What other subjects are men not allowed an opinion on?

The other gift that keeps on giving*, Clementine Ford, offered another couple of hundred words in Sydney’s Morning Herald last week. The subject was the Irish referendum which resulted in abortion being legalised for a more wider range of reasons than previously. To be more accurate, the column would have probably been just fifty words if one could filter out “misogyny“, “toxic masculinity” and “rape culture“, i.e. Clementine’s default reasons for anything she finds offensive in the world.

As always with La Ford’s ramblings, she links multiple subjects (the war in Syria, border disputes in Israel, etc.) with the point she’s trying to make (“abortion should be legal and free on demand“), but there were two sentences that leap out as indicative of the mental gymnastics that must be performed to maintain a level of certainty as rock solid as Clementine’s.

This is the first;

Abortion is an issue of reproductive health-care, not morality.

Wait, what?

A useful epistemological technique to test the truth of a position is to look at the very extremes to see if the statement still holds true. In this case, we could imagine a situation where a full-term pregnant woman requests a termination whilst the baby is in the birth canal and in the process of being born, let’s suppose for reasons of her mental well-being.

If La Ford’s statement is correct, the midwife would have no need to hesitate before, sorry for the mental image, suffocating the baby as its head emerged from the woman’s vagina. It’s doubtful anyone sane reading this would disagree that there’s a moral element to that decision.

If we can agree on that, La Ford’s statement might still be true if we can find a point between conception and birth that the termination of the foetus doesn’t require a morality question to be answered. Birth minus 1 week? 5 weeks? 10 weeks? It seems hard to find a reason or trigger for her no morality decision required position.

The second sentence that indicates a contortion of logic is this one;

Men who cannot get pregnant need to learn that their opinions on this issue are irrelevant.

There’s quite a lot going on in those 16 words, let’s unpack them shall we?

Men who cannot get pregnant“. At first that seems a tautology; of course no man can get pregnant so why add the extra 4 words? Unless…… she’s making a very subtle point that there are some men who can get pregnant; men who used to be women but are now, in La Ford’s mind, men. Being a man and carrying a foetus to full term are not mutually-exclusive in Clementine’s mind. Okaaaaay.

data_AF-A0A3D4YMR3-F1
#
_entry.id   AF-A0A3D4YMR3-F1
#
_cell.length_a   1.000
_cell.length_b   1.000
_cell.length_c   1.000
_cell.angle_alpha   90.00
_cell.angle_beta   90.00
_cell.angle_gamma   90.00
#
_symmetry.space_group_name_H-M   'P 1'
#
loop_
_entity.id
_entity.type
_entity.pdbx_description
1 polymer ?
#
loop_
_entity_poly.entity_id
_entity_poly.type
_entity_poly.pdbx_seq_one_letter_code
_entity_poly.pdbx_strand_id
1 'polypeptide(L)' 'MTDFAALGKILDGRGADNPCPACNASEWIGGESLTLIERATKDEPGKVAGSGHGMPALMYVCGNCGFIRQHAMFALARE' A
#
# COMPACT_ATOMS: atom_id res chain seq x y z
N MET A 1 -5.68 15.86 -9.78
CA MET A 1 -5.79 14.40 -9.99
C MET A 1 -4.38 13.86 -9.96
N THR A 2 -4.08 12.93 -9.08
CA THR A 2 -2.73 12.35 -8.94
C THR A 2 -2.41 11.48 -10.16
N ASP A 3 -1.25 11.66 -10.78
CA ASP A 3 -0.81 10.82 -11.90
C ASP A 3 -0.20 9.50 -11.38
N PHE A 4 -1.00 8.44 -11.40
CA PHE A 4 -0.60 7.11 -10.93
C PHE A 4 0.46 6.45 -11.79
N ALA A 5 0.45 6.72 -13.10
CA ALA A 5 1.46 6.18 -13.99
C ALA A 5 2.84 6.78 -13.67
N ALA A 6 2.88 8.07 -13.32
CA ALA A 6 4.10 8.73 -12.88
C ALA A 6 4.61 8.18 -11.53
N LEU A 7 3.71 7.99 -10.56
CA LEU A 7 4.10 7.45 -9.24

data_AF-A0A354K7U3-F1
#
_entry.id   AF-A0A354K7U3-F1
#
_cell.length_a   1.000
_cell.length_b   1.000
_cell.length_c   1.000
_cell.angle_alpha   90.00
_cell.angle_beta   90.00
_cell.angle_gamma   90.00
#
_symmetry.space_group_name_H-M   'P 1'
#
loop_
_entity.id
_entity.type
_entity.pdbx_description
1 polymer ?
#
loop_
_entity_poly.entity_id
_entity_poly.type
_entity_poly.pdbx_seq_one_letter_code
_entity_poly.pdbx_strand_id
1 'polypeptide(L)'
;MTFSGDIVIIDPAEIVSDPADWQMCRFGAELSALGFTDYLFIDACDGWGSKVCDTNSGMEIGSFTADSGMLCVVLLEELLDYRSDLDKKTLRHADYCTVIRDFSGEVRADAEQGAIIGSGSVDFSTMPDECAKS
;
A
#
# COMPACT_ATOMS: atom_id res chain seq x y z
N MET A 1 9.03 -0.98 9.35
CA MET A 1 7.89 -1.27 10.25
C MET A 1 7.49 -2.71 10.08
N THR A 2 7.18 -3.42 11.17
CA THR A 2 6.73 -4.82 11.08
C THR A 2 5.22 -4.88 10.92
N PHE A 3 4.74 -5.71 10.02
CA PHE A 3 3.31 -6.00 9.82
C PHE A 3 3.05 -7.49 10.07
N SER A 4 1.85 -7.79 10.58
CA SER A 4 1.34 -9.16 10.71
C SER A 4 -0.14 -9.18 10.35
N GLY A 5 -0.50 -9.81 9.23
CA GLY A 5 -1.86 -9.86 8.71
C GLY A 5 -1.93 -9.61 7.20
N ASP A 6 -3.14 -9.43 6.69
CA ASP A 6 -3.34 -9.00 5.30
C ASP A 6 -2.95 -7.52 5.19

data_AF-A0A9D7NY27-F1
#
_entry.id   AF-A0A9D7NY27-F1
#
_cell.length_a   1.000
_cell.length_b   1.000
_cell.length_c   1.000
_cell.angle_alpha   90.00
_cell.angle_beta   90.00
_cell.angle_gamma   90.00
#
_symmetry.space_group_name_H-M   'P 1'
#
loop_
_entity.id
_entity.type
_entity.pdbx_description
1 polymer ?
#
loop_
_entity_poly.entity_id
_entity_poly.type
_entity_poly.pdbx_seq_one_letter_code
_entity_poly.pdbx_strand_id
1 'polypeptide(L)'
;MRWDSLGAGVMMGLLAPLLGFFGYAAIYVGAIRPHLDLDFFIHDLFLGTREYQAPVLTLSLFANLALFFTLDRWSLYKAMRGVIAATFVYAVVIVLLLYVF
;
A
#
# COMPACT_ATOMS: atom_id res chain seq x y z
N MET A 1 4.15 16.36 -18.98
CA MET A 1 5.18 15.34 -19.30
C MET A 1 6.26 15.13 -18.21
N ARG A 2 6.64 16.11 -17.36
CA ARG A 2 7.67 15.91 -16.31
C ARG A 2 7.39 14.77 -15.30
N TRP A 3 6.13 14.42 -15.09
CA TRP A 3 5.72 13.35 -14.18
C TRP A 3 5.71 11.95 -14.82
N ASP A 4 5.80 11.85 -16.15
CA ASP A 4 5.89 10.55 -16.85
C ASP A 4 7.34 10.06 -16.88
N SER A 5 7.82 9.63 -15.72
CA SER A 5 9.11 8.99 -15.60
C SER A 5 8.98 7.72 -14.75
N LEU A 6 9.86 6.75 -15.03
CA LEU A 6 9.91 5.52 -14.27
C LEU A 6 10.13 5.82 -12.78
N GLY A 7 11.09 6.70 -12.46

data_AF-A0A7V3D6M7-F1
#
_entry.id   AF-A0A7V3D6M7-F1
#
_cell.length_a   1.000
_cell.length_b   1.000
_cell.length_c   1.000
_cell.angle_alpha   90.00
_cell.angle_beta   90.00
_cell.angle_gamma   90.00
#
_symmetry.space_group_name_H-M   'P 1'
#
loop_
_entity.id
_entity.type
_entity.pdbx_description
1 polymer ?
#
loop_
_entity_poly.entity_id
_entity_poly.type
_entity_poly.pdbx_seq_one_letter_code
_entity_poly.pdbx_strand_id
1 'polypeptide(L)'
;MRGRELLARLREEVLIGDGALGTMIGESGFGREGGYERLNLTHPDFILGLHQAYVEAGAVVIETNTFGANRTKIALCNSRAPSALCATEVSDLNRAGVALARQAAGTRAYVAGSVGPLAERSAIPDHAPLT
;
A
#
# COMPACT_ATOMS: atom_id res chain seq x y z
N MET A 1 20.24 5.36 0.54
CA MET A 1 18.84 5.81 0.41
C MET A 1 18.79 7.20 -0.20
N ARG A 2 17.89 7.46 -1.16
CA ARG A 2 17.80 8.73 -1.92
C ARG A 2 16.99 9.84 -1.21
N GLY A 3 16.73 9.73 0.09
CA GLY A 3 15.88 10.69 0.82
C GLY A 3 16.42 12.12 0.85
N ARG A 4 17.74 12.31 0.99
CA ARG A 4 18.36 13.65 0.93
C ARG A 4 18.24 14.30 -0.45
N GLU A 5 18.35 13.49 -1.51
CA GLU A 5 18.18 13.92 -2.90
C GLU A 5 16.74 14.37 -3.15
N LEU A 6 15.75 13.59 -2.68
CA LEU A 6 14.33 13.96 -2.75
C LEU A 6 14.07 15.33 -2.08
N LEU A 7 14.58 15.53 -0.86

Those “men” who weren’t born with a uterus and the other physical requirements to conceive and give birth, i.e. the people we used to call “men” in those halcyon days when all of us understood the term,  aren’t allowed to express an opinion on abortion, according to Clementine, and if they were to express an opinion, it would be deemed irrelevant.

Bill’s Opinion

At the risk of wasting my time writing an opinion that will instantly be dismissed as irrelevant because of nature of my genitalia, I’m going to anyway.

Abortion is a highly-nuanced and difficult issue and one that many very intelligent people have struggled with over several decades in many jurisdictions. That La Ford feels so certain that it is not an issue of morality and that a male’s opinion on the subject is irrelevant says more about her intellectual dwarfism rather than the correctness of her opinion.

As for men being able to give birth, that’s simply a land grab of language to suit a Cultural Marxist agenda.

As Bertrand Russell eloquently put it;

Fools and fanatics are always so certain of themselves.

Of course, Russell’s opinion is not relevant to La Ford because, in all likelihood, he had a penis.

 

 

*Herpes is the original gift that keeps on giving.

3 Replies to “What other subjects are men not allowed an opinion on?”

  1. Arguments don’t have genitalia.

    Or for other topics: melanin; sexual preferences; bank accounts; etc., etc

  2. The variant/morph/instance of the human species who contributed the sperm is frequently obligated to contribute to the costs of child-rearing for two-fifty odd months. That’s quite a lot of bucks and surely entitles the sperm donor to an opinion, even if La Ford opines otherwise.

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